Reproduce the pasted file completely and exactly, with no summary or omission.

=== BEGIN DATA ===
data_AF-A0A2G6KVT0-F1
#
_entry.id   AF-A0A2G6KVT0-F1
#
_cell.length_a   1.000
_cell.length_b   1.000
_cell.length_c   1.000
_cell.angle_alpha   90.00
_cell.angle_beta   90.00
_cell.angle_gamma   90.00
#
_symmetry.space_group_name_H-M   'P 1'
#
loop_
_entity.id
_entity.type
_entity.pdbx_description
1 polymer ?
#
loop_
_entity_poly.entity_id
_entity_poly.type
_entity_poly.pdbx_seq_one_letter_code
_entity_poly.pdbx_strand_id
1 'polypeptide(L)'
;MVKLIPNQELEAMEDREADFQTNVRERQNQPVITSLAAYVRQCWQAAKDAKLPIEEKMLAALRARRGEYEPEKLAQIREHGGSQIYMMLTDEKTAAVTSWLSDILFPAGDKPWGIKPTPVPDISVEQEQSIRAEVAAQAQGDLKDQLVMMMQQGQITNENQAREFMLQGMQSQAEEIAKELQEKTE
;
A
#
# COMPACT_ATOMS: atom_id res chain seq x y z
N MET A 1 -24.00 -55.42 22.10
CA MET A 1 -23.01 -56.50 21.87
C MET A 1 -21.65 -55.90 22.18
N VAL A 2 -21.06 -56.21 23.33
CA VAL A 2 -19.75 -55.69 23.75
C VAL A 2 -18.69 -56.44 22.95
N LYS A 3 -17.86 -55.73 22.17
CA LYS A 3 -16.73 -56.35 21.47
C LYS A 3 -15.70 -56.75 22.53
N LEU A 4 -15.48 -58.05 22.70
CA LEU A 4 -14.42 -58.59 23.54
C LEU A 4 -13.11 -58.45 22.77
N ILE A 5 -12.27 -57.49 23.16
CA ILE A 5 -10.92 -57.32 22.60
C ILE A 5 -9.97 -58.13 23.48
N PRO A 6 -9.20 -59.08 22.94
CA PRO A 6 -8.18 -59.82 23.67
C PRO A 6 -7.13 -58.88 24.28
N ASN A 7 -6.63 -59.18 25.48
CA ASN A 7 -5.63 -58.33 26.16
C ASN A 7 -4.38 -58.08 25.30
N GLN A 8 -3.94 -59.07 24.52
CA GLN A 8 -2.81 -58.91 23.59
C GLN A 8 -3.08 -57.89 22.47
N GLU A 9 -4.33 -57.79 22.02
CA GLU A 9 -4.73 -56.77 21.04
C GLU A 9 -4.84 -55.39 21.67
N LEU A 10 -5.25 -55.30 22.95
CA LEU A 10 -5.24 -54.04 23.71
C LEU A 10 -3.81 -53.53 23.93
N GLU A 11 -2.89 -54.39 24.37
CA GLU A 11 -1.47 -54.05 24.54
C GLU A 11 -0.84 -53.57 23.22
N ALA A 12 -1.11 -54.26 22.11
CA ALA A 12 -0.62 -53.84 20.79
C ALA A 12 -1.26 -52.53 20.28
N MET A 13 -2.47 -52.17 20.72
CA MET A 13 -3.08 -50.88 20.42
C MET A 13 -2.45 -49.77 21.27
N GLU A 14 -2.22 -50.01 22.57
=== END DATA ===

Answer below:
data_AF-A0A2G6KVT0-F1
#
_entry.id   AF-A0A2G6KVT0-F1
#
_cell.length_a   1.000
_cell.length_b   1.000
_cell.length_c   1.000
_cell.angle_alpha   90.00
_cell.angle_beta   90.00
_cell.angle_gamma   90.00
#
_symmetry.space_group_name_H-M   'P 1'
#
loop_
_entity.id
_entity.type
_entity.pdbx_description
1 polymer ?
#
loop_
_entity_poly.entity_id
_entity_poly.type
_entity_poly.pdbx_seq_one_letter_code
_entity_poly.pdbx_strand_id
1 'polypeptide(L)'
;MVKLIPNQELEAMEDREADFQTNVRERQNQPVITSLAAYVRQCWQAAKDAKLPIEEKMLAALRARRGEYEPEKLAQIREHGGSQIYMMLTDEKTAAVTSWLSDILFPAGDKPWGIKPTPVPDISVEQEQSIRAEVAAQAQGDLKDQLVMMMQQGQITNENQAREFMLQGMQSQAEEIAKELQEKTE
;
A
#
# COMPACT_ATOMS: atom_id res chain seq x y z
N MET A 1 -24.00 -55.42 22.10
CA MET A 1 -23.01 -56.50 21.87
C MET A 1 -21.65 -55.90 22.18
N VAL A 2 -21.06 -56.21 23.33
CA VAL A 2 -19.75 -55.69 23.75
C VAL A 2 -18.69 -56.44 22.95
N LYS A 3 -17.86 -55.73 22.17
CA LYS A 3 -16.73 -56.35 21.47
C LYS A 3 -15.70 -56.75 22.53
N LEU A 4 -15.48 -58.05 22.70
CA LEU A 4 -14.42 -58.59 23.54
C LEU A 4 -13.11 -58.45 22.77
N ILE A 5 -12.27 -57.49 23.16
CA ILE A 5 -10.92 -57.32 22.60
C ILE A 5 -9.97 -58.13 23.48
N PRO A 6 -9.20 -59.08 22.94
CA PRO A 6 -8.18 -59.82 23.67
C PRO A 6 -7.13 -58.88 24.28
N ASN A 7 -6.63 -59.18 25.48
CA ASN A 7 -5.63 -58.33 26.16
C ASN A 7 -4.38 -58.08 25.30
N GLN A 8 -3.94 -59.07 24.52
CA GLN A 8 -2.81 -58.91 23.59
C GLN A 8 -3.08 -57.89 22.47
N GLU A 9 -4.33 -57.79 22.02
CA GLU A 9 -4.73 -56.77 21.04
C GLU A 9 -4.84 -55.39 21.67
N LEU A 10 -5.25 -55.30 22.95
CA LEU A 10 -5.24 -54.04 23.71
C LEU A 10 -3.81 -53.53 23.93
N GLU A 11 -2.89 -54.39 24.37
CA GLU A 11 -1.47 -54.05 24.54
C GLU A 11 -0.84 -53.57 23.22
N ALA A 12 -1.11 -54.26 22.11
CA ALA A 12 -0.62 -53.84 20.79
C ALA A 12 -1.26 -52.53 20.28
N MET A 13 -2.47 -52.17 20.72
CA MET A 13 -3.08 -50.88 20.42
C MET A 13 -2.45 -49.77 21.27
N GLU A 14 -2.22 -50.01 22.57